Why all the gods insulted their sage Brihaspati? Mostly Devraj Indra insulted Brihaspati in Amaravati, which is the Capital of Devaloka. What is the reason behind it?

  • 4
    add the full incident details it will be more clear, also add some sources(where you read this)
    – Yogi
    Commented Mar 19, 2015 at 18:19

1 Answer 1


The story is told in this chapter of the Srimad Bhagavatam. Once Indra was seated in his court at Amaravati, capital of Devaloka, when Brihaspati guru of the gods came. But out of arrogance concerning his rule of the three worlds, Indra didn't welcome him or even get up from his seat, which greatly offended Brihaspati:

O King, once upon a time, the King of heaven, Indra, being extremely proud because of his great opulence of the three worlds, transgressed the law of Vedic etiquette. Seated on his throne, he was surrounded by the Maruts, Vasus, Rudras, Ādityas, Ṛbhus, Viśvadevas, Sādhyas, Aśvinī-kumāras, Siddhas, Cāraṇas and Gandharvas and by great saintly persons. Also surrounding him were the Vidyādharas, Apsarās, Kinnaras, Patagas [birds] and Uragas [snakes]. All of them were offering Indra their respects and services, and the Apsarās and Gandharvas were dancing and singing with very sweet musical instruments. Over Indra’s head was a white umbrella as effulgent as the full moon. Fanned by yak-tail whisks and served with all the paraphernalia of a great king, Indra was sitting with his wife, Śacīdevī, who occupied half the throne, when the great sage Bṛhaspati appeared in that assembly. Bṛhaspati, the best of the sages, was the spiritual master of Indra and the demigods and was respected by the demigods and demons alike. Nevertheless, although Indra saw his spiritual master before him, he did not rise from his own seat or offer a seat to his spiritual master, nor did Indra offer him a respectful welcome. Indra did nothing to show him respect.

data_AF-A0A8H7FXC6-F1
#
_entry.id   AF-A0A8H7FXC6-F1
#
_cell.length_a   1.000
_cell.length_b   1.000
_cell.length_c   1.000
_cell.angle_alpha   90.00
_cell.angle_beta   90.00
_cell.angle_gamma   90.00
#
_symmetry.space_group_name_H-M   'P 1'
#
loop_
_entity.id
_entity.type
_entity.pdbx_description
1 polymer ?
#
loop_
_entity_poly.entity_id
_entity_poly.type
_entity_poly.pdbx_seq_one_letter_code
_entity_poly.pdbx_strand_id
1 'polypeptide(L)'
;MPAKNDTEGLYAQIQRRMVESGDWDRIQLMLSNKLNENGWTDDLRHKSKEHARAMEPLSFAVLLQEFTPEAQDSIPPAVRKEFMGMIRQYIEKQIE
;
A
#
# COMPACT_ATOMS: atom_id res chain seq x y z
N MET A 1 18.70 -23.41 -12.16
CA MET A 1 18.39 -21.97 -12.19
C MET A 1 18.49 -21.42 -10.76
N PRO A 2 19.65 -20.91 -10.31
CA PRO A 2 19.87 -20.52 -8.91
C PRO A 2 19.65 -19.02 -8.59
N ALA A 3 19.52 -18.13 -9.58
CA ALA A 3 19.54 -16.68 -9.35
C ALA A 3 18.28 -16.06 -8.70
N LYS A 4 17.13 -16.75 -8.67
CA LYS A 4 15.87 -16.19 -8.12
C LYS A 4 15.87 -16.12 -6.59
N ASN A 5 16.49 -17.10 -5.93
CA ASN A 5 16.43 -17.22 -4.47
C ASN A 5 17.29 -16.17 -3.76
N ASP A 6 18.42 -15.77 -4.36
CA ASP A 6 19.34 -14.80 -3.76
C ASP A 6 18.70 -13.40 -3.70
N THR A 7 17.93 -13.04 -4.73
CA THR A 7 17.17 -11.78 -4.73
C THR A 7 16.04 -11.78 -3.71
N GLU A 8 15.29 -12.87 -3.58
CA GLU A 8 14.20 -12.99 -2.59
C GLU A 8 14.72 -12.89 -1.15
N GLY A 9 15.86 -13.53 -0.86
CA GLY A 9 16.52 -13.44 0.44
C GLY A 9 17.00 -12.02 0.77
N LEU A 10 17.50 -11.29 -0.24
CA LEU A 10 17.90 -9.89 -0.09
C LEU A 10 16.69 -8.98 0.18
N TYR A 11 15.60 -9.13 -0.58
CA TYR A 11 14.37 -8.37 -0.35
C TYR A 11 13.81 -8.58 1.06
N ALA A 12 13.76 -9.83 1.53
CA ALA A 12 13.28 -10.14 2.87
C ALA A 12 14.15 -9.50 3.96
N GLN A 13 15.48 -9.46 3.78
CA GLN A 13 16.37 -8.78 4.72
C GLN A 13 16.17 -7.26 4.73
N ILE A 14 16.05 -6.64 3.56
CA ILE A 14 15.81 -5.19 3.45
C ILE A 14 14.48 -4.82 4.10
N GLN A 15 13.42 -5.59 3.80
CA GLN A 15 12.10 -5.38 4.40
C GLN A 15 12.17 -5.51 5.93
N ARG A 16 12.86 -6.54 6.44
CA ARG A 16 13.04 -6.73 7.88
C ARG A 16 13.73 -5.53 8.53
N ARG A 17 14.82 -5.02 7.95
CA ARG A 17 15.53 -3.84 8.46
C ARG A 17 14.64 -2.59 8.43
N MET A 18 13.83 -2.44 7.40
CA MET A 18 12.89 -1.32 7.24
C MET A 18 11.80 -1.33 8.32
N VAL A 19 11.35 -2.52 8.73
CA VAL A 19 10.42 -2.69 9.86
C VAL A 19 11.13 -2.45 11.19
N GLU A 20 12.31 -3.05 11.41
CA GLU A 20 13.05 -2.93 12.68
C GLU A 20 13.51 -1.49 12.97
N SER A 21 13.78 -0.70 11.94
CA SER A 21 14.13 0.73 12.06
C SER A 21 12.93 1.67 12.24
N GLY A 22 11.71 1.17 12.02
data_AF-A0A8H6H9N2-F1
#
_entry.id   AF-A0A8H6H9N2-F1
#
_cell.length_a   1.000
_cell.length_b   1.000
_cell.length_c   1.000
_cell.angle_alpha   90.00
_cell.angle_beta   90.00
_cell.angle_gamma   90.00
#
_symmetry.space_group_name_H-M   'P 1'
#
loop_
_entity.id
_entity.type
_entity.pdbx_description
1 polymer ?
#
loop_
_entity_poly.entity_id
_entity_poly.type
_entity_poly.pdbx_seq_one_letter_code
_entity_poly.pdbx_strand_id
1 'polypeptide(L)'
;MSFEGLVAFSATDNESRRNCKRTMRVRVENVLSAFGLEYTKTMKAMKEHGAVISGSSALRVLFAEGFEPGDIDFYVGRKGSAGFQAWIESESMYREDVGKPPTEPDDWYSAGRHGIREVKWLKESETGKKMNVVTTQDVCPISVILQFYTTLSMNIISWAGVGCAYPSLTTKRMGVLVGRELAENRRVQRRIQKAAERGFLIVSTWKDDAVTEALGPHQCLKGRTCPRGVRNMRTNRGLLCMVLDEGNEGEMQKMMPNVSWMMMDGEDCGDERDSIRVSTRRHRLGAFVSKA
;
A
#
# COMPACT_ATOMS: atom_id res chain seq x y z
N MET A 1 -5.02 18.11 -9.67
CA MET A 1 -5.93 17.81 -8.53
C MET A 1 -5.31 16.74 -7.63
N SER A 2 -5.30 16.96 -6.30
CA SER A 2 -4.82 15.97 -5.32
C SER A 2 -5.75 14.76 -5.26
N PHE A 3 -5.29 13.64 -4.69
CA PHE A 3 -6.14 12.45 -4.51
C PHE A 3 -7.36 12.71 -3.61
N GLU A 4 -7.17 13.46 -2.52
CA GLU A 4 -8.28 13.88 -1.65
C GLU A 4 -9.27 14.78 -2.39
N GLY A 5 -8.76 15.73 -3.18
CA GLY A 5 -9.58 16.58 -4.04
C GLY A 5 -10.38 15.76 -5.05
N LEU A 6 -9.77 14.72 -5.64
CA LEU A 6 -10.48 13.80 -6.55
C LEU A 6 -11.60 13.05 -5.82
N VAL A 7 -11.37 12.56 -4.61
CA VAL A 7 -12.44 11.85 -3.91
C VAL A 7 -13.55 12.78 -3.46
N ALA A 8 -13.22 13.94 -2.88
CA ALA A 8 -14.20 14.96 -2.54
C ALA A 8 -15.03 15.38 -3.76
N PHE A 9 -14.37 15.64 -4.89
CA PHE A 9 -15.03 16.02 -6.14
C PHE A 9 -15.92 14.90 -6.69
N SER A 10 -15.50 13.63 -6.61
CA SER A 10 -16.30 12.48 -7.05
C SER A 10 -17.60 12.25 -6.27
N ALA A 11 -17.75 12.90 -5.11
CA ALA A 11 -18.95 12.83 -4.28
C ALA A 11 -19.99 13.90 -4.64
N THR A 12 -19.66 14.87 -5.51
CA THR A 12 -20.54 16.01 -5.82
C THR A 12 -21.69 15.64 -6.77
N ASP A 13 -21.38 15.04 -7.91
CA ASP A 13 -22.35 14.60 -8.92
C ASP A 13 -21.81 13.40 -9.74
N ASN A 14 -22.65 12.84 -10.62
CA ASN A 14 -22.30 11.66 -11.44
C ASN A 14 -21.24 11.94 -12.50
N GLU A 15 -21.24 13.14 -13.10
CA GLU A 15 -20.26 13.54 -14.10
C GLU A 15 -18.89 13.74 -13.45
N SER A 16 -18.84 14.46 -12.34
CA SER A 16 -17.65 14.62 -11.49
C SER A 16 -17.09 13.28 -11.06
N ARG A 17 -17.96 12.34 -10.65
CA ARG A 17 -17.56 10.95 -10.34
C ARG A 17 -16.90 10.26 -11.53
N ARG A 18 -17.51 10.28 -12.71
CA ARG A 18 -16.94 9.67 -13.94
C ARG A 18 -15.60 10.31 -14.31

Bṛhaspati knew everything that would happen in the future. Seeing Indra’s transgression of etiquette, he completely understood that Indra was puffed up by his material opulence. Although able to curse Indra, he did not do so. Instead, he left the assembly and in silence returned to his home.

Indra realized his mistake and wanted to go and apologize to his guru, but Brihaspati made himself invisible so Indra wouldn't find him. In the mean time, the Asuras attacked and without the benefit of their guru, the gods lost against them. So Indra and the gods consulted Brahma, told them to get a new guru, Trisiras, the three-headed son of the divine architect Tvashta. As I discuss in this answer, Trisiras taught Indra the famous Narayana Kavacha, a prayer to Vishnu, which allowed the gods to defeat the Asuras.

But ultimately Indra grew suspicious of Trisiras, since he was related to both the gods and the Asuras, so as I discuss in this question, Indra killed Trisiras by cutting off his three heads. This made Trisiras' father Tvashta furious, and he created the demon Vritrasura to take revenge on Indra. It is Indra's defeat of Vritrasura that Indra most known for in ancient times. And Brihaspati was back at Indra's side by the time Vritrasura came, as described in this chapter of the Devi Bhagavatam.

  • Vritra was not at all any demon. So why call Vritra an Asura
    – user9392
    Commented Aug 2, 2017 at 8:55

You must log in to answer this question.

Not the answer you're looking for? Browse other questions tagged .